Though I have always maintained a broad-based interest in the prehistory and early history of the Southeastern Indians, in my three-decade research career I have primarily focused on the impact of the European colonial era on indigenous chiefdoms of the southeastern United States, and their response and adaptation over time in differing political and economic circumstances. In broader perspective, one of my major long-term goals has been to explore the developmental trajectories of the new colonial society comprising greater Spanish Florida between 1513 and 1821, incorporating both indigenous and immigrant colonial groups (and emergent new social and ethnic formations) within and beyond the colonial frontier. Over the course of my professional career, I have had the opportunity to conduct direct research across a broad geographic region within the zone of influence of Spanish Florida and its colonial neighbors, including not just the core mission territories in the Coastal Plain region to the west and north of St. Augustine, but also the territories of the historic Creek and Cherokee Indians of the Piedmont, Appalachian, and Ridge and Valley provinces, as well as the Calusa and other nonagricultural groups of the deep southern Florida peninsula, and most recently the far western margin of colonial Florida along the northern Gulf coast in Pensacola. To this end, I collaborate with students and colleagues in broad-based anthropologically-oriented research which draws upon multiple sources of evidence from a number of disciplines.
For context, my theoretical orientation leans strongly toward logical positivism, with an emphasis on scientific analysis, empirical proof, and objectivity. As an anthropologist, while I was originally trained in processual archaeology, I also embrace more recent approaches including agency and practice theory, and historical ecology. With regard to historical and ethnohistorical research, my outlook aligns well with the Annales school of social history, including an emphasis on serial data and quantitative analysis. Finally, in concert with these perspectives, I believe a strict wall of separation should be maintained between objective scientific inquiry and partisan political advocacy, and that the past should be studied but not judged.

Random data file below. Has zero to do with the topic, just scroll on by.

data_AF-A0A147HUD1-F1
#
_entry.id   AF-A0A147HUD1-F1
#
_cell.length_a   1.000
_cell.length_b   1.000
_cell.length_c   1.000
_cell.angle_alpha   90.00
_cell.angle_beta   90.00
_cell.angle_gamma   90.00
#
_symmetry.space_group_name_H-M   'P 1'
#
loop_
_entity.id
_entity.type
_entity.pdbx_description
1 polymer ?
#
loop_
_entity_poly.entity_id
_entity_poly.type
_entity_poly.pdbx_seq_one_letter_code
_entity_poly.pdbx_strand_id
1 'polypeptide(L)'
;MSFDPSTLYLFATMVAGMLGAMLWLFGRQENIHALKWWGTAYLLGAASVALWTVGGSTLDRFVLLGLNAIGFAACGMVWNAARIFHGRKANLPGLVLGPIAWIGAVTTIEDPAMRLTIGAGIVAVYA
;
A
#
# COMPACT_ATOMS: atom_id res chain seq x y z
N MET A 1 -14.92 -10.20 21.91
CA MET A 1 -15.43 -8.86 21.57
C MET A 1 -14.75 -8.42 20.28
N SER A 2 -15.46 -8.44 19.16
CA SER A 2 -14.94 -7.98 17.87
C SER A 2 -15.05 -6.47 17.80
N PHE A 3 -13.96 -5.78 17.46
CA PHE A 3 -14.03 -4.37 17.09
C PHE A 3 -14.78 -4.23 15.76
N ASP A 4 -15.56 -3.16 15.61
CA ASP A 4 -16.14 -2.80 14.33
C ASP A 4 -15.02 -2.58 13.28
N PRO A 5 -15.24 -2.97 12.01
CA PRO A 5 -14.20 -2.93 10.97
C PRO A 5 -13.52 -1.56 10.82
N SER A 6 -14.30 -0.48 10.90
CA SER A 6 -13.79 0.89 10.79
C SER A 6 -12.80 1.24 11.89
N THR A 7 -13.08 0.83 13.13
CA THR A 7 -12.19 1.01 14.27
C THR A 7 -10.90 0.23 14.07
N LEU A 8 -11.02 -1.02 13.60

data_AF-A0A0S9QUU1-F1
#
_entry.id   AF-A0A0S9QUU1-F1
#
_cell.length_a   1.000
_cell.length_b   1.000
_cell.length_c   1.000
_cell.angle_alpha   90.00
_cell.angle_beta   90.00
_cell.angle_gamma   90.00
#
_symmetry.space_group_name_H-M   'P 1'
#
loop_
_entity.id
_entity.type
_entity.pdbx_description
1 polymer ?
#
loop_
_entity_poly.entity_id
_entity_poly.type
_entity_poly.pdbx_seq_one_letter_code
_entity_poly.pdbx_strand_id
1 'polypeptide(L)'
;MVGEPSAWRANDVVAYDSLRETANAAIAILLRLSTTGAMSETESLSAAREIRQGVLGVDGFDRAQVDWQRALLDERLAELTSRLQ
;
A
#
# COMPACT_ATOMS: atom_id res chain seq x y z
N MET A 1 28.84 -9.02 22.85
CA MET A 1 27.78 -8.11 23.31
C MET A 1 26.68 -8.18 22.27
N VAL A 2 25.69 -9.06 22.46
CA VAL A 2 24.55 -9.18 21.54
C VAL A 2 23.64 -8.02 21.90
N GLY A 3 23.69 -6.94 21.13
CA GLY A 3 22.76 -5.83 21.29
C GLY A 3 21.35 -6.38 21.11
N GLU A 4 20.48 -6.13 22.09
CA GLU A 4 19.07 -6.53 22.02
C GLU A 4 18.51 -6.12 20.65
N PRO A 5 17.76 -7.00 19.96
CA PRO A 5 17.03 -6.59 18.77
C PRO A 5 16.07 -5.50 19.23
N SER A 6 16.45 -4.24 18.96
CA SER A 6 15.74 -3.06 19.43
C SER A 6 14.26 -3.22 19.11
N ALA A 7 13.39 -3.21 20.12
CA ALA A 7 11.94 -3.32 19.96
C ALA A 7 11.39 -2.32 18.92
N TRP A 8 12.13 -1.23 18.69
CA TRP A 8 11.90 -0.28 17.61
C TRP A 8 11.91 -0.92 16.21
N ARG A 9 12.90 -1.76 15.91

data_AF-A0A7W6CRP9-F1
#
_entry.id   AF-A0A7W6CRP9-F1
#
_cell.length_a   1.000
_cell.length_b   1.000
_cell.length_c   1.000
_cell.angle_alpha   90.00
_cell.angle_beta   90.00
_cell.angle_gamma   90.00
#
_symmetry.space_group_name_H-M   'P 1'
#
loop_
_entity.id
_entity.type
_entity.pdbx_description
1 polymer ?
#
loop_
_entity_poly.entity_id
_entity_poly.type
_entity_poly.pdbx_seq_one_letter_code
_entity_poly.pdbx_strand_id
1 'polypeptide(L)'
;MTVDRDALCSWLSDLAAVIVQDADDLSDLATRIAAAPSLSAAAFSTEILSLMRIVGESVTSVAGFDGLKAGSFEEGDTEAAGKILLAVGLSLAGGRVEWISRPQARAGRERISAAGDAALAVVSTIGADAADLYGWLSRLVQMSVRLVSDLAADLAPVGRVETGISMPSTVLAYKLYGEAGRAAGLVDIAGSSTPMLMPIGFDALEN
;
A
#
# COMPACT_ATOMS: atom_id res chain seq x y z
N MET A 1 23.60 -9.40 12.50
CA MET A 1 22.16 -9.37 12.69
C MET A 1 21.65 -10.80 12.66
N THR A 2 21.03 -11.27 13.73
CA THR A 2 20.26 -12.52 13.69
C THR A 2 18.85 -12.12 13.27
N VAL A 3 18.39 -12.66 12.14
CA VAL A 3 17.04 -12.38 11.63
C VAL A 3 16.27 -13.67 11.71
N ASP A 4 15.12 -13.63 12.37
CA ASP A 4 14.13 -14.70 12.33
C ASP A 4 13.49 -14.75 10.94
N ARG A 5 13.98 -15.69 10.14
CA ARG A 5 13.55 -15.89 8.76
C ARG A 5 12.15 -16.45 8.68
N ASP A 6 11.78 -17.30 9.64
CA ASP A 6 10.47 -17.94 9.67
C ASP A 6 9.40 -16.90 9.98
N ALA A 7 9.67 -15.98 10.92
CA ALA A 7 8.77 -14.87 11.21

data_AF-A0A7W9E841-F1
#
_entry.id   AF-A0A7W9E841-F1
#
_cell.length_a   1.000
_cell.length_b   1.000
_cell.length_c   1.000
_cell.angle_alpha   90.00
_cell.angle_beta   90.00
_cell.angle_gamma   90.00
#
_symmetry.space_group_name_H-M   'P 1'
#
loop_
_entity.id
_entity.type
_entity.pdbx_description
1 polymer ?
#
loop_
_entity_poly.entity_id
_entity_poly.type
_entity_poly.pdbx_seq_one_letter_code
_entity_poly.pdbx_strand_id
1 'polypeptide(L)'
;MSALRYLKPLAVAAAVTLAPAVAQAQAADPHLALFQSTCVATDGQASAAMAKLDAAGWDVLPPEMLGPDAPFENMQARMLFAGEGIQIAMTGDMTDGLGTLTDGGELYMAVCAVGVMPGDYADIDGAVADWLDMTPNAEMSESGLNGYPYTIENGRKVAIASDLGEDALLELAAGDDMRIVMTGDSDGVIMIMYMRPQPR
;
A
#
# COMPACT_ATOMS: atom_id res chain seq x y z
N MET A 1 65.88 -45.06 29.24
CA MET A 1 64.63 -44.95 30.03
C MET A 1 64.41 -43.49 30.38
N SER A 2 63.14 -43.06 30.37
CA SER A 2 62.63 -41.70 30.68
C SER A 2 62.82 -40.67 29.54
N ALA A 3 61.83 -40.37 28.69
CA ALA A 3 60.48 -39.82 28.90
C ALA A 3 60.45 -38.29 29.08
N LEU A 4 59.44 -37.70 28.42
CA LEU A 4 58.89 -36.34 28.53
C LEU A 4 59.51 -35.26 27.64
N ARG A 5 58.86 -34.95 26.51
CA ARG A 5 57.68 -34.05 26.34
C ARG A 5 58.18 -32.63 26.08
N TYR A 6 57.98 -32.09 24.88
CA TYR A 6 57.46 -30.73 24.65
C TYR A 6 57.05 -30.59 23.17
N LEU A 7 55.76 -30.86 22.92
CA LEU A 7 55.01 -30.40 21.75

A sampling of my ongoing research activities is listed below:
- Since 2007 in concert with ongoing excavations by UWF at the Emanuel Point II shipwreck here in Pensacola Bay, and much more intensively since the 2015 discovery of the Luna Settlement, I have been continuing my earlier studies of Spanish records relating to the expedition of Tristan de Luna y Arellano to Pensacola Bay (and points inland) between 1559 and 1561. I have been exploring various dimensions of the Luna expedition, ranging from the destruction of the fleet in September of 1559 to various survival strategies undertaken by colonists during subsequent months, including the relocation of the colony inland, as well as the penetration of a small military detachment as far as the Coosawattee River valley of Northwest Georgia, where I was able to conduct archaeological work several years ago. Complementing this research, I am also reviewing detailed documentary and archaeological evidence for material culture in use at the time of the Luna expedition.